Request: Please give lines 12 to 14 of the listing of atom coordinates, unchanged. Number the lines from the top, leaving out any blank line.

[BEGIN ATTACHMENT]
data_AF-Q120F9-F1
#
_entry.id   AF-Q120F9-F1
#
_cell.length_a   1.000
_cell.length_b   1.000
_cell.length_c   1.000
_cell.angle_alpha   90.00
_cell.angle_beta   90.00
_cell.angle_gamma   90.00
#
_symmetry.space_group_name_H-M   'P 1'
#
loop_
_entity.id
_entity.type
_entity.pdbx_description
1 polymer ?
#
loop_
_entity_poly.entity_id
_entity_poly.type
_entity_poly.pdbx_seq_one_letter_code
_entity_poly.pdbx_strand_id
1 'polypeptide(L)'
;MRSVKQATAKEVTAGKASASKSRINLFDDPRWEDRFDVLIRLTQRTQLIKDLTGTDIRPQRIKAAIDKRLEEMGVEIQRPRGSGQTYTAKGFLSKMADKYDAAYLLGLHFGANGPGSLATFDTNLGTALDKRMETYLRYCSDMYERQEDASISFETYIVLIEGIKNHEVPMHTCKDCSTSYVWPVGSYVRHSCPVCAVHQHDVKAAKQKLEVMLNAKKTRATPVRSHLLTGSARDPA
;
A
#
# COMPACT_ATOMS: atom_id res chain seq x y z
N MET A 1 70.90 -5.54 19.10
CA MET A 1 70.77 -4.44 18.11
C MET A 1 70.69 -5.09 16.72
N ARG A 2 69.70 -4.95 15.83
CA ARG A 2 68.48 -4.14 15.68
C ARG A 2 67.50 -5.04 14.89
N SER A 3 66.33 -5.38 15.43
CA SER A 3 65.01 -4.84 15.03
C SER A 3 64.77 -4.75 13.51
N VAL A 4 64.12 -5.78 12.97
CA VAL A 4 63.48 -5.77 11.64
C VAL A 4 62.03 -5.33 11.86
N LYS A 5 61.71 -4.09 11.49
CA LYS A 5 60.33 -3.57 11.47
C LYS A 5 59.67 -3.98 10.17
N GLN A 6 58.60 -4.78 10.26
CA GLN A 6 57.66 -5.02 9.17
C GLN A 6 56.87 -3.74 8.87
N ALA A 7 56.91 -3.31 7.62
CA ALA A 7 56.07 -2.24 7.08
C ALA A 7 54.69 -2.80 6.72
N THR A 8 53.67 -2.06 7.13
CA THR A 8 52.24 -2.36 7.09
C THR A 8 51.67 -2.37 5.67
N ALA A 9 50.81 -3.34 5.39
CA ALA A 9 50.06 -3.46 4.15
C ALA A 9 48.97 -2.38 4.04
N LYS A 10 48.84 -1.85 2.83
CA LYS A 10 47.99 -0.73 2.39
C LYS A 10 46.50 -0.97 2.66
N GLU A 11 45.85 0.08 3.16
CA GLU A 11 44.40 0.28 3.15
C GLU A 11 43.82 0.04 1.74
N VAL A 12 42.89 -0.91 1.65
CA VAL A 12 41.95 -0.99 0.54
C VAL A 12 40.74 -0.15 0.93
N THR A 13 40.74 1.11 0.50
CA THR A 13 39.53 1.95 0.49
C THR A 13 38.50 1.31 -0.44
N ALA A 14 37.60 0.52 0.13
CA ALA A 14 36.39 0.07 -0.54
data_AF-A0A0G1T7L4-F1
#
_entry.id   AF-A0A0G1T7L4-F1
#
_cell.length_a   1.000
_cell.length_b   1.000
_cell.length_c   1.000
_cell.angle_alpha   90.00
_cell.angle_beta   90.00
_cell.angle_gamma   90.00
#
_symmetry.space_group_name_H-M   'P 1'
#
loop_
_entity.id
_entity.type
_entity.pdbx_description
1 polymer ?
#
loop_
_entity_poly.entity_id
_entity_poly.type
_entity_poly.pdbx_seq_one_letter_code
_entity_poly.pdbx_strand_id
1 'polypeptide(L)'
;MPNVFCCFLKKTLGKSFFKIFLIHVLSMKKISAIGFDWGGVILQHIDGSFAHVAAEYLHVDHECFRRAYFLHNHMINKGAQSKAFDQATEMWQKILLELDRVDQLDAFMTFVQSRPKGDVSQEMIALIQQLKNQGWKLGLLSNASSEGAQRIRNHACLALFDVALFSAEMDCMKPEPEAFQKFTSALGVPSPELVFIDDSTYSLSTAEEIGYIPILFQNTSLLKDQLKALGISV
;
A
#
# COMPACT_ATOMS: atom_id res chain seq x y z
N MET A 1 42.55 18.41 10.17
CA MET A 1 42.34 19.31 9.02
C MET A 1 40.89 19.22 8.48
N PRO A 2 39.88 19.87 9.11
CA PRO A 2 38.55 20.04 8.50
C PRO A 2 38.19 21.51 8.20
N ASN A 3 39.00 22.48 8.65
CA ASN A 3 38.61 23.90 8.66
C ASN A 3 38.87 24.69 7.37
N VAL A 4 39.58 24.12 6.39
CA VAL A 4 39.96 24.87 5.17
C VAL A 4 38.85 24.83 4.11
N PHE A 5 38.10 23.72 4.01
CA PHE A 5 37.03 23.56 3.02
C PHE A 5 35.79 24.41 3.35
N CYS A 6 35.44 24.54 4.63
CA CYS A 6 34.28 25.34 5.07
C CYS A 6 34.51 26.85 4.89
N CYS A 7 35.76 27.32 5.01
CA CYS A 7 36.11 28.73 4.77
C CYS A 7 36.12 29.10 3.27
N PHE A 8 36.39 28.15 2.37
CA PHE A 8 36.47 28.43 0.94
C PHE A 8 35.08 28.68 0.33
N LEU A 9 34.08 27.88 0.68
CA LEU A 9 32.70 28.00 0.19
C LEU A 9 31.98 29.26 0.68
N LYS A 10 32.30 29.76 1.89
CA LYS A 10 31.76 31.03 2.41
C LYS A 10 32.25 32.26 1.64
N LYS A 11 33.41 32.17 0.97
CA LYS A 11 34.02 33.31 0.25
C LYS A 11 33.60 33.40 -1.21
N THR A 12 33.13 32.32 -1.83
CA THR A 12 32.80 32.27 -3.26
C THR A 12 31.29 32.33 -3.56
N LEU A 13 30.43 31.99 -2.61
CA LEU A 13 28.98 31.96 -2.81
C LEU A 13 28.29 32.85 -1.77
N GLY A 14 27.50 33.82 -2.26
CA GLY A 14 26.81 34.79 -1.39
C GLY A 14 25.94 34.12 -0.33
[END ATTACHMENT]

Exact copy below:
_symmetry.space_group_name_H-M   'P 1'
#
loop_